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when toggle format what by license comment
Apr 13 '17 at 12:55 history edited CommunityBot
replaced http://ell.stackexchange.com/ with https://ell.stackexchange.com/
Feb 11 '17 at 16:26 comment added Sorcha NicEalair They're only merged in casual speech. If I were asked to read aloud or pronounce the words, I would use [th] in the first and [ɾ] in the second.
Aug 30 '13 at 14:16 comment added user230 @Em1 But both /t/ and /d/ are realized as [ɾ] in these words in AmE, so the distinction is not preserved. This is called flapping.
Aug 30 '13 at 14:13 comment added Em1 According to dictionaries which offer pronunciation to both AmE and BE (like OALD) both 'dialects' pronounce these words clearly different, i.e. /t/ and /d/.
Aug 30 '13 at 13:15 history edited user230 CC BY-SA 3.0
added 135 characters in body
Aug 30 '13 at 12:43 comment added Peter Shor On your additional note: I think most (not just some) American dialects exhibit a length difference between writer and rider. However, if you're not used to listening to Americans, that won't help at all, and even if you are, there may not be enough difference in the pronunciation to reliably distinguish between writer and rider.
Aug 29 '13 at 23:46 comment added WendiKidd @snailboat Hi, since Matt has taken care of splitting the question into two parts, I've unmarked your answer as CW because it's now a complete and appropriate answer to the question :) You're welcome to replace it if you like. Thanks! :)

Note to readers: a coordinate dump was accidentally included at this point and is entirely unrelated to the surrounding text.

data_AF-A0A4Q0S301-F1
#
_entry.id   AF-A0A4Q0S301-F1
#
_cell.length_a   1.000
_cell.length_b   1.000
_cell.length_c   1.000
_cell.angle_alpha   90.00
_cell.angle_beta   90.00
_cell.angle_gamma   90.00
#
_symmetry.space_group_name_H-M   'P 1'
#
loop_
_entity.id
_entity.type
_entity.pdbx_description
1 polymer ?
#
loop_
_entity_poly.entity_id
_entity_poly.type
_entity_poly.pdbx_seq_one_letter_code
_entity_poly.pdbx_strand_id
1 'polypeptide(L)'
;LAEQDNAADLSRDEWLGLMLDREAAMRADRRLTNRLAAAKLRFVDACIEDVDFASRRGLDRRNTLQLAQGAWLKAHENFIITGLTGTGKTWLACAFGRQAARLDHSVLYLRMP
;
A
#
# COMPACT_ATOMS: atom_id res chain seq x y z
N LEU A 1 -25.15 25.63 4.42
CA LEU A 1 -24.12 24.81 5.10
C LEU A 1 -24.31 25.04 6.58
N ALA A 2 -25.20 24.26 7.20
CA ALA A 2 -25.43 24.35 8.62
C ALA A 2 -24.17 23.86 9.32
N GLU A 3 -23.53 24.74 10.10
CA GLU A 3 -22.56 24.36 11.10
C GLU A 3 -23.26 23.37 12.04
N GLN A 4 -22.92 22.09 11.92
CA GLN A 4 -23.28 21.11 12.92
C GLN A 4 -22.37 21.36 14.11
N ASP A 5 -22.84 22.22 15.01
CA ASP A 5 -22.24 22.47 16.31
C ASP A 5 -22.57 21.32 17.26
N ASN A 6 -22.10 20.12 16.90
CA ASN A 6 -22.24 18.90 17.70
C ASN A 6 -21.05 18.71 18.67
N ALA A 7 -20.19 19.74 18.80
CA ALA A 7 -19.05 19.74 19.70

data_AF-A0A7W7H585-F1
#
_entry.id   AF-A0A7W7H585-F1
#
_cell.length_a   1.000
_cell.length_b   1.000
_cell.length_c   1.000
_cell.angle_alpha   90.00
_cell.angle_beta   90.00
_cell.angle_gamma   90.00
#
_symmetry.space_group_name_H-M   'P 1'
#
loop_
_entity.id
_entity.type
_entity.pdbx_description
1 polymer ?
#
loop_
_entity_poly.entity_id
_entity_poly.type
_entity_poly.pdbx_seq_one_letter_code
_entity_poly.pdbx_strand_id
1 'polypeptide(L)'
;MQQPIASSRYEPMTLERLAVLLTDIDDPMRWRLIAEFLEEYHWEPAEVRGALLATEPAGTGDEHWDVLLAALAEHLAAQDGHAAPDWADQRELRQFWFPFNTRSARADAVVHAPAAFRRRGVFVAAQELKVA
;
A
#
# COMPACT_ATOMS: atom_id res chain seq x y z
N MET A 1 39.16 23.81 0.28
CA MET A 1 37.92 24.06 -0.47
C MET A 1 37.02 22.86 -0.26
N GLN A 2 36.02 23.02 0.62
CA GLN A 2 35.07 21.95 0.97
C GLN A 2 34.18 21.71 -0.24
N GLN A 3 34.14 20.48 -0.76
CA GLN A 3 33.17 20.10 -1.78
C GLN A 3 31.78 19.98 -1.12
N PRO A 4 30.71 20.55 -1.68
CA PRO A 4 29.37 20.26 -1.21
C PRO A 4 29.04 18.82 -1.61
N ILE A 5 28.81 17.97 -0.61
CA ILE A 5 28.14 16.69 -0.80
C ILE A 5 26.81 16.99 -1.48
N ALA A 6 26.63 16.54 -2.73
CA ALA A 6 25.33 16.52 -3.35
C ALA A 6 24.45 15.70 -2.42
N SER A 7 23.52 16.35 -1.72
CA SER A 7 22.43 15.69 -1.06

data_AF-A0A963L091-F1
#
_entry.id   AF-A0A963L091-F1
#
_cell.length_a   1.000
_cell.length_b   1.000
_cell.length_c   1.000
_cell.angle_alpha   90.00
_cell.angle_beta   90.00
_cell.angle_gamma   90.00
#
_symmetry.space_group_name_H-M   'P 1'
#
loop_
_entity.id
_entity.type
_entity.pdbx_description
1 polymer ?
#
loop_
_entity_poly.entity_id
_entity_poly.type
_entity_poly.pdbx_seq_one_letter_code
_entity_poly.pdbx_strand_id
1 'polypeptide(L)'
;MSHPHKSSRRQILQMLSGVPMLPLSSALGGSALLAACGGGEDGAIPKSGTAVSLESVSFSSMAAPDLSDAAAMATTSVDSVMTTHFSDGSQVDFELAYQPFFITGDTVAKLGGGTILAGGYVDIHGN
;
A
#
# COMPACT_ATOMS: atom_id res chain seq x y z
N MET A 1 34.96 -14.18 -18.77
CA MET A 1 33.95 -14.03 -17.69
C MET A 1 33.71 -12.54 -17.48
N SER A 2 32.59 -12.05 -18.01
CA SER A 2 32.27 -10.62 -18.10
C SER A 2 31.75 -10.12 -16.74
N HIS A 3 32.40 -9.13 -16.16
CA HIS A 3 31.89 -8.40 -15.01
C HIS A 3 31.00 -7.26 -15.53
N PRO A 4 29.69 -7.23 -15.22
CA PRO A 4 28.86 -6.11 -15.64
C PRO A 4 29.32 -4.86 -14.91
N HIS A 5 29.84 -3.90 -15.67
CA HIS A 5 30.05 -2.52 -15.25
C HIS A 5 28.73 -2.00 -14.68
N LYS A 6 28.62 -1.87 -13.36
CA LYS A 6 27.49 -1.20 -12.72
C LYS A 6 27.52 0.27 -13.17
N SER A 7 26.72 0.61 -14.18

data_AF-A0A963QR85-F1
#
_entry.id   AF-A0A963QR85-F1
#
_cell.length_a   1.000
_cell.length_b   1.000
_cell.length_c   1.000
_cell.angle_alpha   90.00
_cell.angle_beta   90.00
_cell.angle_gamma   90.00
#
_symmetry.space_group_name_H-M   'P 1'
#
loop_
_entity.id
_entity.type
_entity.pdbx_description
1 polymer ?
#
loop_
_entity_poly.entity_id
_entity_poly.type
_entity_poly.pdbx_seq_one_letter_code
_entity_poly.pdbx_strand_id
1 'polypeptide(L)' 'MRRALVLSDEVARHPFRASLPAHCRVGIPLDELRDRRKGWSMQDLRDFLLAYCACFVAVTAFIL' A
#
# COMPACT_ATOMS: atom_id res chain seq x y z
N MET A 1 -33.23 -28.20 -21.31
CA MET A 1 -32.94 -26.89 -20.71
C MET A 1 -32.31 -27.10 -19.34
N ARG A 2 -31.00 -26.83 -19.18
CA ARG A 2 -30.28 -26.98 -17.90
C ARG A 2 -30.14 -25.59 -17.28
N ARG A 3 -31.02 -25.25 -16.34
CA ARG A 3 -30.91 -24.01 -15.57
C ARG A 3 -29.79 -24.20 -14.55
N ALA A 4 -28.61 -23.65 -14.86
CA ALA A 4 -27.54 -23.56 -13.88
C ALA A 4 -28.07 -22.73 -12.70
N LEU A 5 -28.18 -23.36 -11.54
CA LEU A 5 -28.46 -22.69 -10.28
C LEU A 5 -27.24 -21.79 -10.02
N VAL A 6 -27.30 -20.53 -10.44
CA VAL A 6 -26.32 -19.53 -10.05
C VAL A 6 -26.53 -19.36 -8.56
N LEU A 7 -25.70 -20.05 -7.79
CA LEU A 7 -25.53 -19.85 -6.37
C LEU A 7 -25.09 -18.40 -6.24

Aug 29 '13 at 23:46 history wiki removed WendiKidd
Aug 29 '13 at 16:29 history edited user230 CC BY-SA 3.0
added 273 characters in body
Aug 29 '13 at 16:22 comment added user230 No, I don't think it's very likely that someone would say author instead of writer due to a perceived ambiguity caused by pronunciation. Most people who pronounce these words the same don't realize they do so, because the way they think about the words is influenced by how they're spelled. (Incidentally, if I were driving a car, I'd refer to the other people in the car as passengers.)
Aug 29 '13 at 16:10 comment added Derfder Thanks, so if they sound the same then it's more common to hear people in America say "Do you know any great author except you?" instead of "Do you know any great writer except you?" when driving a car? I know that the person in a car is called in a casual car a "driver" and a "rider" is actually in a racing car, but still. I would find it ambiguous what the person want to know. If I know Jack London or Michael Schumacher? ;D
Aug 29 '13 at 15:49 history answered user230 CC BY-SA 3.0